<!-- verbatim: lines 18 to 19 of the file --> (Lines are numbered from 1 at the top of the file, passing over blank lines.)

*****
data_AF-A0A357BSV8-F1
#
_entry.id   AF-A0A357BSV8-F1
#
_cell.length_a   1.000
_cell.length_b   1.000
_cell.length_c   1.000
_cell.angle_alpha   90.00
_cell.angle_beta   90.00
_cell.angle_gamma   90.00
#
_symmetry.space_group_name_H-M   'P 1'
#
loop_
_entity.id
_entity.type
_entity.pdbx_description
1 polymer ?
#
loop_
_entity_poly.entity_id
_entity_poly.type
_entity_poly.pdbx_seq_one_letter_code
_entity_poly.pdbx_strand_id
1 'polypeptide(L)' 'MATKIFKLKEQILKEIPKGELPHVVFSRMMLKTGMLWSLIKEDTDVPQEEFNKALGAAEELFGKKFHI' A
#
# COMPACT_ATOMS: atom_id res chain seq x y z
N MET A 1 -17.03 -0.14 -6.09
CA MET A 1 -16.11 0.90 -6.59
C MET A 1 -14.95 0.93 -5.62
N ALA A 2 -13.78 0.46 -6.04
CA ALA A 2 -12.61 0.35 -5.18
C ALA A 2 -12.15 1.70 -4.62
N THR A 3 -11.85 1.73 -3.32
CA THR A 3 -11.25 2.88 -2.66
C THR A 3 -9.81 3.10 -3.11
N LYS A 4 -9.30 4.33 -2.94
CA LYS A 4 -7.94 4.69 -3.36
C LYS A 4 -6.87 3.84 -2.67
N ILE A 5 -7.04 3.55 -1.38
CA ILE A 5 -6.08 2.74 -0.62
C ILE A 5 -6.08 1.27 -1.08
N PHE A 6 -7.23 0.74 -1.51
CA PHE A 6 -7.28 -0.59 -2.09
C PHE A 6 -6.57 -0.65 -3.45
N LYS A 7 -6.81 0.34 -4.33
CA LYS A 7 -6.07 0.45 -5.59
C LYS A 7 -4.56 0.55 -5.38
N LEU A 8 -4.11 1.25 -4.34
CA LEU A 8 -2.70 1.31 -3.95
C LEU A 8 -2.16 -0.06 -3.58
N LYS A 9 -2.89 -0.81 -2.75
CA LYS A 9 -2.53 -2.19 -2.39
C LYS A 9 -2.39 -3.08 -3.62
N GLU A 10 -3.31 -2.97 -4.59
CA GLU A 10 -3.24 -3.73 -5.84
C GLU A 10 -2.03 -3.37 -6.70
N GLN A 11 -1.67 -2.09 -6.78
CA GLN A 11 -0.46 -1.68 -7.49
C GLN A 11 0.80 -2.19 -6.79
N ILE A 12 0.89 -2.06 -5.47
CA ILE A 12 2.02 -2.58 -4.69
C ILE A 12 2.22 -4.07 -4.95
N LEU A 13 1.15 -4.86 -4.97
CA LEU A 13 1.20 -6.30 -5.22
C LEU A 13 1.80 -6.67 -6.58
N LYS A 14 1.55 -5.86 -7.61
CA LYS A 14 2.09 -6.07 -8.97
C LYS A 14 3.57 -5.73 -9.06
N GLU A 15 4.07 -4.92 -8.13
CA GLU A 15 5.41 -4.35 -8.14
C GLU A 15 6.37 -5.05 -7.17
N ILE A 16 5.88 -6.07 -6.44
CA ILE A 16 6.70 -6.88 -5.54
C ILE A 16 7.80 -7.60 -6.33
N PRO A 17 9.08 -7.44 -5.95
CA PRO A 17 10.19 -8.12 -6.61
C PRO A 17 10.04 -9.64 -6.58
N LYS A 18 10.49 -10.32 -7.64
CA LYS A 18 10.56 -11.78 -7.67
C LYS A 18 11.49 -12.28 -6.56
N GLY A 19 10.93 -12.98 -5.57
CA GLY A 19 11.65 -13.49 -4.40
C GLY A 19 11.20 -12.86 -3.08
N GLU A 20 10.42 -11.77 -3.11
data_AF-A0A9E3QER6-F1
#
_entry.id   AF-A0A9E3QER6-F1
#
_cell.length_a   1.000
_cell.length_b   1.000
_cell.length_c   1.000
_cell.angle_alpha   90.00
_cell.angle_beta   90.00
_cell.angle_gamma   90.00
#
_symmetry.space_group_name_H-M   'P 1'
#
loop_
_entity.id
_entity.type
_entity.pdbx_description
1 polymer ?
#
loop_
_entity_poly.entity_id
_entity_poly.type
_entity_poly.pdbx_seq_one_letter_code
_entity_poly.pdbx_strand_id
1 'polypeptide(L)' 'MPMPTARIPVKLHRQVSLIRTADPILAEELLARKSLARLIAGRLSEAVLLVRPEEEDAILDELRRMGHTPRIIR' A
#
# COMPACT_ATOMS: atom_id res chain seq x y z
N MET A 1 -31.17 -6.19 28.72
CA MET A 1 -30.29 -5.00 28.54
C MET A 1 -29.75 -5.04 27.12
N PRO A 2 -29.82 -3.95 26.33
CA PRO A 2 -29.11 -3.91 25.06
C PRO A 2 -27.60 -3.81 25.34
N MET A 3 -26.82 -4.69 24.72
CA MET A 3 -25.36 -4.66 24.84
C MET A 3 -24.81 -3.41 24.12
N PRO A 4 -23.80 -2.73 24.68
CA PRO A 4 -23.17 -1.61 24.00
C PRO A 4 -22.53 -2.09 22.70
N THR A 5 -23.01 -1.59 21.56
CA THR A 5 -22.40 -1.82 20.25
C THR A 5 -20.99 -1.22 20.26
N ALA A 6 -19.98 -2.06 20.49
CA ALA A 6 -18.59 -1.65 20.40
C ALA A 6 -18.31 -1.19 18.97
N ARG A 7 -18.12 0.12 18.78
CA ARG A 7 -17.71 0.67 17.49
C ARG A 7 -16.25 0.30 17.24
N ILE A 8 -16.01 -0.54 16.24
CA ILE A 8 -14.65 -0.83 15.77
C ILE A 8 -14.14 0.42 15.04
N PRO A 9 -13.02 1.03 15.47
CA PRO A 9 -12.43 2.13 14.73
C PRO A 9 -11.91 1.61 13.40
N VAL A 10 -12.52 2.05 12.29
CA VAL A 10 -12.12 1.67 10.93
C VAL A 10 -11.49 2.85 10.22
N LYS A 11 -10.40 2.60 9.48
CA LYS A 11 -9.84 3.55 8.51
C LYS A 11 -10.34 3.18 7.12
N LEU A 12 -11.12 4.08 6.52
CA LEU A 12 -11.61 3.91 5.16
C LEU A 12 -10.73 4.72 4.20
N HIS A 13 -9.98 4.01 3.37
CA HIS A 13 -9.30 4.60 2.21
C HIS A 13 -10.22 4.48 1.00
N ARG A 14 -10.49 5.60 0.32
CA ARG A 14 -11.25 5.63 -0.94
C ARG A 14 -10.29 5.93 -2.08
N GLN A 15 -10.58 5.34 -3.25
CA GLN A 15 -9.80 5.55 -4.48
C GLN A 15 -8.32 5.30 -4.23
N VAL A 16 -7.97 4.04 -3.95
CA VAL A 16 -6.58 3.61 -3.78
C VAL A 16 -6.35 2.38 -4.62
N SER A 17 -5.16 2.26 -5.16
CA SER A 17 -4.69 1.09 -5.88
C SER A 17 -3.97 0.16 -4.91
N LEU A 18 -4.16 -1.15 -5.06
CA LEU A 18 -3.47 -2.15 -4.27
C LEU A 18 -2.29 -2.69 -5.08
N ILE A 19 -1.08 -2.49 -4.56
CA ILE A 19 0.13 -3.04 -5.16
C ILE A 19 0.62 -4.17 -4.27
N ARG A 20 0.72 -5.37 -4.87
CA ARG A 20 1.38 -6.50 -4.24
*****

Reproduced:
1 polymer ?
#